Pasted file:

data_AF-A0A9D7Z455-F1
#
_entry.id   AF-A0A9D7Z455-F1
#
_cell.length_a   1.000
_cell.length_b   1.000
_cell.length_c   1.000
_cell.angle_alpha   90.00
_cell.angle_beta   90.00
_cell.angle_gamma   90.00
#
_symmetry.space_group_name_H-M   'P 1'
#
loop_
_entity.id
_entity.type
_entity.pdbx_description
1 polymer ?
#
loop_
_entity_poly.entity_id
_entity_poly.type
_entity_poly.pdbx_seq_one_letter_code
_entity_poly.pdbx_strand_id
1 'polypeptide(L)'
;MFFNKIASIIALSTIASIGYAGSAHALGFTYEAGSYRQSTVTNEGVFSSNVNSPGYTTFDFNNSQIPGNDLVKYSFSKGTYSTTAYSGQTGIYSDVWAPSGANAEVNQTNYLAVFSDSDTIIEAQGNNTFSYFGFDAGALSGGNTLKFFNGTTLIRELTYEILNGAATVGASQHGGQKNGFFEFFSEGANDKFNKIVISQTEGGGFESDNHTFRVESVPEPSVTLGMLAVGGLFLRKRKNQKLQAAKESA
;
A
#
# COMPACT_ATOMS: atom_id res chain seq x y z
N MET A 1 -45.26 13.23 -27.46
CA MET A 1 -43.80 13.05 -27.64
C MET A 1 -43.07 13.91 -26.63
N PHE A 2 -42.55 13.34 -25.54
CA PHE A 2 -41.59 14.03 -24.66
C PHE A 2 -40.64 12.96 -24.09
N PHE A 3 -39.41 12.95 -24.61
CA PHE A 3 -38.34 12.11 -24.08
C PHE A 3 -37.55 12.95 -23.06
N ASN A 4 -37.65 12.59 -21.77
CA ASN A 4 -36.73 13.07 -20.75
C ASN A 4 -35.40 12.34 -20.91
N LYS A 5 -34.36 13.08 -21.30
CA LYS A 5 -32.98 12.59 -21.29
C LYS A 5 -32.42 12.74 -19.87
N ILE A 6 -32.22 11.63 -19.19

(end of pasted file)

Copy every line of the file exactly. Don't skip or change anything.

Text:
data_AF-A0A9D7Z455-F1
#
_entry.id   AF-A0A9D7Z455-F1
#
_cell.length_a   1.000
_cell.length_b   1.000
_cell.length_c   1.000
_cell.angle_alpha   90.00
_cell.angle_beta   90.00
_cell.angle_gamma   90.00
#
_symmetry.space_group_name_H-M   'P 1'
#
loop_
_entity.id
_entity.type
_entity.pdbx_description
1 polymer ?
#
loop_
_entity_poly.entity_id
_entity_poly.type
_entity_poly.pdbx_seq_one_letter_code
_entity_poly.pdbx_strand_id
1 'polypeptide(L)'
;MFFNKIASIIALSTIASIGYAGSAHALGFTYEAGSYRQSTVTNEGVFSSNVNSPGYTTFDFNNSQIPGNDLVKYSFSKGTYSTTAYSGQTGIYSDVWAPSGANAEVNQTNYLAVFSDSDTIIEAQGNNTFSYFGFDAGALSGGNTLKFFNGTTLIRELTYEILNGAATVGASQHGGQKNGFFEFFSEGANDKFNKIVISQTEGGGFESDNHTFRVESVPEPSVTLGMLAVGGLFLRKRKNQKLQAAKESA
;
A
#
# COMPACT_ATOMS: atom_id res chain seq x y z
N MET A 1 -45.26 13.23 -27.46
CA MET A 1 -43.80 13.05 -27.64
C MET A 1 -43.07 13.91 -26.63
N PHE A 2 -42.55 13.34 -25.54
CA PHE A 2 -41.59 14.03 -24.66
C PHE A 2 -40.64 12.96 -24.09
N PHE A 3 -39.41 12.95 -24.61
CA PHE A 3 -38.34 12.11 -24.08
C PHE A 3 -37.55 12.95 -23.06
N ASN A 4 -37.65 12.59 -21.77
CA ASN A 4 -36.73 13.07 -20.75
C ASN A 4 -35.40 12.34 -20.91
N LYS A 5 -34.36 13.08 -21.30
CA LYS A 5 -32.98 12.59 -21.29
C LYS A 5 -32.42 12.74 -19.87
N ILE A 6 -32.22 11.63 -19.19